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Golang sort Package

Golang | sort Package: Here, we are going to learn about the Golang sort package and its functions with examples.

The term sorting (sort) is arranging elements in an ordered sequence that can be ascending or descending. In computer science, there are many algorithms to perform the sorting on various kinds of data like merge sort, quick sort, selection sort, bubble sort, etc.

In Go language, the sort package implements sorting for built-in types and user-defined types. The sort package has a variety of functions related to sorting, checking whether a slice is already sorted or not, etc.

To use these sort package functions – we need to import the sort package.

Golang sort Package Functions

The sort package has the following function,

Functions

Function Description
sort.Float64s() It sorts a given slice of float64s (float64 type of elements) in increasing order (ascending order).
sort.Float64sAreSorted() It checks whether the given slice of float64s (float64 type of elements) is sorted in increasing order or not, with NaN values before any other values.
sort.Ints() It sorts a given slice of Ints (int type of elements) in increasing order (ascending order).
sort.IntsAreSorted() It checks whether the given slice of Ints (int type of elements) is sorted in increasing order or not.
sort.IsSorted() It checks whether the given data (interface type) is sorted or not.
sort.Search() It searches and returns the smallest index i in [0, n) at which f(i) is true. The Search() function uses binary search to search an element.
sort.SearchFloat64s() It searches for the given element (x) in a sorted slice of float64s and returns the index as specified by Search.
sort.SearchInts() It searches for the given element (x) in a sorted slice of ints and returns the index as specified by Search.
sort.SearchStrings() It searchs for the given element (x) in a sorted slice of strings and returns the index as specified by Search.
sort.Slice() It sorts the slice x given the provided less function. It may create panic if x is not a slice. Where x is an interface and less is a function.
sort.SliceIsSorted() It checks whether the slice x is sorted according to the provided less function.
sort.SliceStable() It sorts the slice x given the provided less function, keeping equal elements in their original order. It may create panic if x is not a slice. Where x is an interface and less is a function.
sort.Sort() It sorts the data (interface). It makes one call to data.Len to determine n and O(n*log(n)) calls to data.Less and data.Swap. The sort is not guaranteed to be stable.
sort.Stable() It sorts the data (interface), keeping equal elements in their original order. It makes one call to data.Len to determine n, O(n*log(n)) calls to data.Less and O(n*log(n)*log(n)) calls to data.Swap.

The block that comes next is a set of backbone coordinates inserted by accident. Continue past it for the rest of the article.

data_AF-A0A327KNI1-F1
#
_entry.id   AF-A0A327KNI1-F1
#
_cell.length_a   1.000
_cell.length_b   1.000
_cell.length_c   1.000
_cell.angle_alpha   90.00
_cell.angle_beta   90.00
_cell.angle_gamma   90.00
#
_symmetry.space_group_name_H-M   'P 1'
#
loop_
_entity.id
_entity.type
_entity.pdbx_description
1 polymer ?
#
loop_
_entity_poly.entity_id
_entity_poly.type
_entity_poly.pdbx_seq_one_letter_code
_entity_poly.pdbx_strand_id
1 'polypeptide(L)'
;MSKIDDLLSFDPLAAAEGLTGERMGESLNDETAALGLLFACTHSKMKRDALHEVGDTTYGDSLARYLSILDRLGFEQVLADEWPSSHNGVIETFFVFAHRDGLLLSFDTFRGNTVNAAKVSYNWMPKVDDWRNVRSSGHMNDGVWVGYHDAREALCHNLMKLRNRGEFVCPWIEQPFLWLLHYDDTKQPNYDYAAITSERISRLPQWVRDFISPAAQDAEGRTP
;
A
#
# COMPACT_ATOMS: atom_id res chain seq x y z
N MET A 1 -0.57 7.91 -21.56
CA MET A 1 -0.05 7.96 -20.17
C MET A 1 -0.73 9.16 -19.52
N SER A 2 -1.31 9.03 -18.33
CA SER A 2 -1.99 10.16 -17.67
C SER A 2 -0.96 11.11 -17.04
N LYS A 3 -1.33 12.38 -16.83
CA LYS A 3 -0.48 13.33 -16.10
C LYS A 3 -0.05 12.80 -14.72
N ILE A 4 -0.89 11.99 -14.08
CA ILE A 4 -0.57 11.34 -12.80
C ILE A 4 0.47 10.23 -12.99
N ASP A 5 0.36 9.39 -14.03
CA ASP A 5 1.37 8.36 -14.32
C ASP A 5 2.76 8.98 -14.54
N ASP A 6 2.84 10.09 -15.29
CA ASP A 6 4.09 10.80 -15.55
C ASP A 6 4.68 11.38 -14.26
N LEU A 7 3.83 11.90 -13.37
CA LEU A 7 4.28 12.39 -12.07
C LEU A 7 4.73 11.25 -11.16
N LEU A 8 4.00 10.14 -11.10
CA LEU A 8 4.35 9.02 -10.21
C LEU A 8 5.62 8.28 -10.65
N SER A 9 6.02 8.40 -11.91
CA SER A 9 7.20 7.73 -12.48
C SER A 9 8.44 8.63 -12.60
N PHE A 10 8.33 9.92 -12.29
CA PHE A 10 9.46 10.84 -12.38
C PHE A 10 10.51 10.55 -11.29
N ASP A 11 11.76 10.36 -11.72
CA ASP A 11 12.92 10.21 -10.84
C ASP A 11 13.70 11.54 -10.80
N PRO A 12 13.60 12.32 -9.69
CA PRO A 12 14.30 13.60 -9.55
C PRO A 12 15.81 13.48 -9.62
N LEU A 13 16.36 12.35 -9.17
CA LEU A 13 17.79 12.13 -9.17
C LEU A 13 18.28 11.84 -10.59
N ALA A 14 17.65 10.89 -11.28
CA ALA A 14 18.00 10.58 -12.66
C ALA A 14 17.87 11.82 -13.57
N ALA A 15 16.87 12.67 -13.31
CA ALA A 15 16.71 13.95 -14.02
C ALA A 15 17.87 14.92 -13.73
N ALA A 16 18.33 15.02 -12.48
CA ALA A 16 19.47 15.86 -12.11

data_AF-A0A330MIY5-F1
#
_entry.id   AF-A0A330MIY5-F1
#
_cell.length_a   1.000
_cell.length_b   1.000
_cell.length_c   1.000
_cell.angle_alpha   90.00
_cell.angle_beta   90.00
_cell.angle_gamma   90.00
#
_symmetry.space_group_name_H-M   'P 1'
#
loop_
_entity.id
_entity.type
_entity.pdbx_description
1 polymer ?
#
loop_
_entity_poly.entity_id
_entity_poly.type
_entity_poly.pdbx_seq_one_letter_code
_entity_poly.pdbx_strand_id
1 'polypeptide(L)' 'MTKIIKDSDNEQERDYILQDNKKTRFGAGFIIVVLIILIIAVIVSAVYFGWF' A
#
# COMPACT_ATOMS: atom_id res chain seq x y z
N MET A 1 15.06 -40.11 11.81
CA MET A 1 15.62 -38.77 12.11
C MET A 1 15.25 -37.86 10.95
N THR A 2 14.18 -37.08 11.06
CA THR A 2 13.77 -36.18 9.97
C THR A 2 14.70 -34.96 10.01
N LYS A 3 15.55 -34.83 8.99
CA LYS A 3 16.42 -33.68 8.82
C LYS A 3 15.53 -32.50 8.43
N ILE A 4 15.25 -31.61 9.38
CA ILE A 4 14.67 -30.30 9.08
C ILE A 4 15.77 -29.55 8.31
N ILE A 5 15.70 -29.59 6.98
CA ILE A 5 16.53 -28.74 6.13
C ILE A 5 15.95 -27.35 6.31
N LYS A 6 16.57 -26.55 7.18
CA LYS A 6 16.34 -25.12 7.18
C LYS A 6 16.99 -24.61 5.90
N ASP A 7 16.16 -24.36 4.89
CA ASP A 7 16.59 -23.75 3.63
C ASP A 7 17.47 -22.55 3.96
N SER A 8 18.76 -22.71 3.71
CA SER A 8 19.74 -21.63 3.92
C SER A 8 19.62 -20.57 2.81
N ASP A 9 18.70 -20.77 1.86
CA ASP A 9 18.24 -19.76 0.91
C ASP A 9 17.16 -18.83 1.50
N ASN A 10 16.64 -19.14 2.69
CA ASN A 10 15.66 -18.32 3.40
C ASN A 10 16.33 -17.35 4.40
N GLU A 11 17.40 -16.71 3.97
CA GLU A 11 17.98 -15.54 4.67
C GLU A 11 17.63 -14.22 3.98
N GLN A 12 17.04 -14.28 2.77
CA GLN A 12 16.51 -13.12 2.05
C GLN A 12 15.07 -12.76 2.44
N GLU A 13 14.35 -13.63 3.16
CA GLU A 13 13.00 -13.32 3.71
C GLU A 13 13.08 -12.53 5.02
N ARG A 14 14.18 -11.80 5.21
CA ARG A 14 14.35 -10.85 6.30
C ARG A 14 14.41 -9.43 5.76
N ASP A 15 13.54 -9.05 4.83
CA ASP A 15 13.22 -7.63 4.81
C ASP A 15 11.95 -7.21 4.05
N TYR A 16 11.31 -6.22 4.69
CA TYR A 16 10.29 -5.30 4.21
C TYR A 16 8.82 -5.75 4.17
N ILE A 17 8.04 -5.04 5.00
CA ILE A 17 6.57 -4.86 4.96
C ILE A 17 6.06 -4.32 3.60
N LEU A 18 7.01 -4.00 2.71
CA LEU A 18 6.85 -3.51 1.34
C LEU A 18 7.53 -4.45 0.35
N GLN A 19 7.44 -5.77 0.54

sort.Strings() It sorts a given slice of Strings (string type of elements) in increasing order (ascending order).
sort.StringsAreSorted() It checks whether the given slice of strings (string type of elements) is sorted in increasing order or not.

Example of sort.Sort() function

// Golang program to demonstrate the
// example of sort.Sort() Function

package main

import (
	"fmt"
	"sort"
)

type Product struct {
	Name  string
	Qty   int
	Price float64
}

type SortedByPrice []Product

func (s SortedByPrice) Len() int {
	return len(s)
}

func (s SortedByPrice) Less(i, j int) bool {
	return s[i].Price < s[j].Price
}

func (s SortedByPrice) Swap(i, j int) {
	s[i], s[j] = s[j], s[i]
}

func main() {
	prd := []Product{
		{"Induction", 100, 4999.99},
		{"Oven", 150, 5000.00},
		{"Refrigerator", 50, 15900.00},
		{"Toaster", 200, 999.00},
	}

	fmt.Println("Before sorting...")
	fmt.Println(prd)

	// Sorting by Name
	sort.Sort(SortedByPrice(prd))

	fmt.Println("After sorting...")
	fmt.Println(prd)
}

Output:

Before sorting...
[{Induction 100 4999.99} {Oven 150 5000} {Refrigerator 50 15900} {Toaster 200 999}]
After sorting...
[{Toaster 200 999} {Induction 100 4999.99} {Oven 150 5000} {Refrigerator 50 15900}]

Example of sort.Strings() function

// Golang program to demonstrate the
// example of sort.Strings() Function

package main

import (
	"fmt"
	"sort"
)

func main() {
	x := []string{"Banana", "Apple", "Cat", "Mango"}
	// Printing x, type, sorting status
	fmt.Println("x:", x)
	fmt.Printf("%T, %v\n", x, sort.StringsAreSorted(x))

	// Sorting x
	sort.Strings(x)

	// Printing x, type, sorting status
	fmt.Println("x:", x)
	fmt.Printf("%T, %v\n", x, sort.StringsAreSorted(x))

	fmt.Println()

	x = []string{"Tigor", "Venue", "City", "Creta"}

	// Printing x, type, sorting status
	fmt.Println("x:", x)
	fmt.Printf("%T, %v\n", x, sort.StringsAreSorted(x))

	// Sorting x
	sort.Strings(x)

	// Printing x, type, sorting status
	fmt.Println("x:", x)
	fmt.Printf("%T, %v\n", x, sort.StringsAreSorted(x))
}

Output:

x: [Banana Apple Cat Mango]
[]string, false
x: [Apple Banana Cat Mango]
[]string, true

x: [Tigor Venue City Creta]
[]string, false
x: [City Creta Tigor Venue]
[]string, true
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